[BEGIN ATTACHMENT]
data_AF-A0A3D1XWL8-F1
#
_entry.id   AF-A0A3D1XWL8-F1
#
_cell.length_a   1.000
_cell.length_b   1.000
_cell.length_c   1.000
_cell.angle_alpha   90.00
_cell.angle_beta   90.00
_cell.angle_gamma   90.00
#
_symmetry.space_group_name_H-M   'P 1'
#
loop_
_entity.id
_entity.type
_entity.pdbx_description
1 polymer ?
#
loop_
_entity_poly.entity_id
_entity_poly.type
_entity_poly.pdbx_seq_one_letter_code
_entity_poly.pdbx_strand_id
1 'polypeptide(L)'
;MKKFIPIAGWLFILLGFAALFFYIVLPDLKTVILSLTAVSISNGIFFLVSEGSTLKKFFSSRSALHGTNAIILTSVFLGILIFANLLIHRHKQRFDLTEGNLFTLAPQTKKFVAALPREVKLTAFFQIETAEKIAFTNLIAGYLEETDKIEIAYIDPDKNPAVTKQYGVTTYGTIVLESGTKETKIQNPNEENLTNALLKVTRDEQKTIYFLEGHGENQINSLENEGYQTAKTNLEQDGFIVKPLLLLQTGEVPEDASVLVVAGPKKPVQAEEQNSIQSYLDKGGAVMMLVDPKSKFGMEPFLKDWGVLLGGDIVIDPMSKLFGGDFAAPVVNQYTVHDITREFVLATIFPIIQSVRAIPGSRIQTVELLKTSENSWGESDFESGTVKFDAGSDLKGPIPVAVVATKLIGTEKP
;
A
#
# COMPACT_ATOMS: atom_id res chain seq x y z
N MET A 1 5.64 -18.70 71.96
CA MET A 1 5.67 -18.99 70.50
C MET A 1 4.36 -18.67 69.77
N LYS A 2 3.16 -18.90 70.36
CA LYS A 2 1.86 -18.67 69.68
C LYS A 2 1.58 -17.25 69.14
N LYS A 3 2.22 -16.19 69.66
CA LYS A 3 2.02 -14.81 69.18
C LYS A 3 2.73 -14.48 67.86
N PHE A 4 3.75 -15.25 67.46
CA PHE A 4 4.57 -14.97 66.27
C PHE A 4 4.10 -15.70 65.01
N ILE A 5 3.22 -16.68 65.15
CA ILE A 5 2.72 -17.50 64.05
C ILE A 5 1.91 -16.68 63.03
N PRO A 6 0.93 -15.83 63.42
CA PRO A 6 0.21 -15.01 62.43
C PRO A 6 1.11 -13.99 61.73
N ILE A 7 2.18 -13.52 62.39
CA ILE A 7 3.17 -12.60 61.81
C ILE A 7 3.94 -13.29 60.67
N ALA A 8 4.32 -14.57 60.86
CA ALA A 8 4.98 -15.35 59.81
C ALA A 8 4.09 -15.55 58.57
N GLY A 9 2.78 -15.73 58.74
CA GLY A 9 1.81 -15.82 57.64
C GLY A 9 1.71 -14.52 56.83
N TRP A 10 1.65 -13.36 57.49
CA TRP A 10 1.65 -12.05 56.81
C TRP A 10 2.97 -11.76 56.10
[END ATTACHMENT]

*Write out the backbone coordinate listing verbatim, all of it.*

data_AF-A0A3D1XWL8-F1
#
_entry.id   AF-A0A3D1XWL8-F1
#
_cell.length_a   1.000
_cell.length_b   1.000
_cell.length_c   1.000
_cell.angle_alpha   90.00
_cell.angle_beta   90.00
_cell.angle_gamma   90.00
#
_symmetry.space_group_name_H-M   'P 1'
#
loop_
_entity.id
_entity.type
_entity.pdbx_description
1 polymer ?
#
loop_
_entity_poly.entity_id
_entity_poly.type
_entity_poly.pdbx_seq_one_letter_code
_entity_poly.pdbx_strand_id
1 'polypeptide(L)'
;MKKFIPIAGWLFILLGFAALFFYIVLPDLKTVILSLTAVSISNGIFFLVSEGSTLKKFFSSRSALHGTNAIILTSVFLGILIFANLLIHRHKQRFDLTEGNLFTLAPQTKKFVAALPREVKLTAFFQIETAEKIAFTNLIAGYLEETDKIEIAYIDPDKNPAVTKQYGVTTYGTIVLESGTKETKIQNPNEENLTNALLKVTRDEQKTIYFLEGHGENQINSLENEGYQTAKTNLEQDGFIVKPLLLLQTGEVPEDASVLVVAGPKKPVQAEEQNSIQSYLDKGGAVMMLVDPKSKFGMEPFLKDWGVLLGGDIVIDPMSKLFGGDFAAPVVNQYTVHDITREFVLATIFPIIQSVRAIPGSRIQTVELLKTSENSWGESDFESGTVKFDAGSDLKGPIPVAVVATKLIGTEKP
;
A
#
# COMPACT_ATOMS: atom_id res chain seq x y z
N MET A 1 5.64 -18.70 71.96
CA MET A 1 5.67 -18.99 70.50
C MET A 1 4.36 -18.67 69.77
N LYS A 2 3.16 -18.90 70.36
CA LYS A 2 1.86 -18.67 69.68
C LYS A 2 1.58 -17.25 69.14
N LYS A 3 2.22 -16.19 69.66
CA LYS A 3 2.02 -14.81 69.18
C LYS A 3 2.73 -14.48 67.86
N PHE A 4 3.75 -15.25 67.46
CA PHE A 4 4.57 -14.97 66.27
C PHE A 4 4.10 -15.70 65.01
N ILE A 5 3.22 -16.68 65.15
CA ILE A 5 2.72 -17.50 64.05
C ILE A 5 1.91 -16.68 63.03
N PRO A 6 0.93 -15.83 63.42
CA PRO A 6 0.21 -15.01 62.43
C PRO A 6 1.11 -13.99 61.73
N ILE A 7 2.18 -13.52 62.39
CA ILE A 7 3.17 -12.60 61.81
C ILE A 7 3.94 -13.29 60.67
N ALA A 8 4.32 -14.57 60.86
CA ALA A 8 4.98 -15.35 59.81
C ALA A 8 4.09 -15.55 58.57
N GLY A 9 2.78 -15.73 58.74
CA GLY A 9 1.81 -15.82 57.64
C GLY A 9 1.71 -14.52 56.83
N TRP A 10 1.65 -13.36 57.49
CA TRP A 10 1.65 -12.05 56.81
C TRP A 10 2.97 -11.76 56.10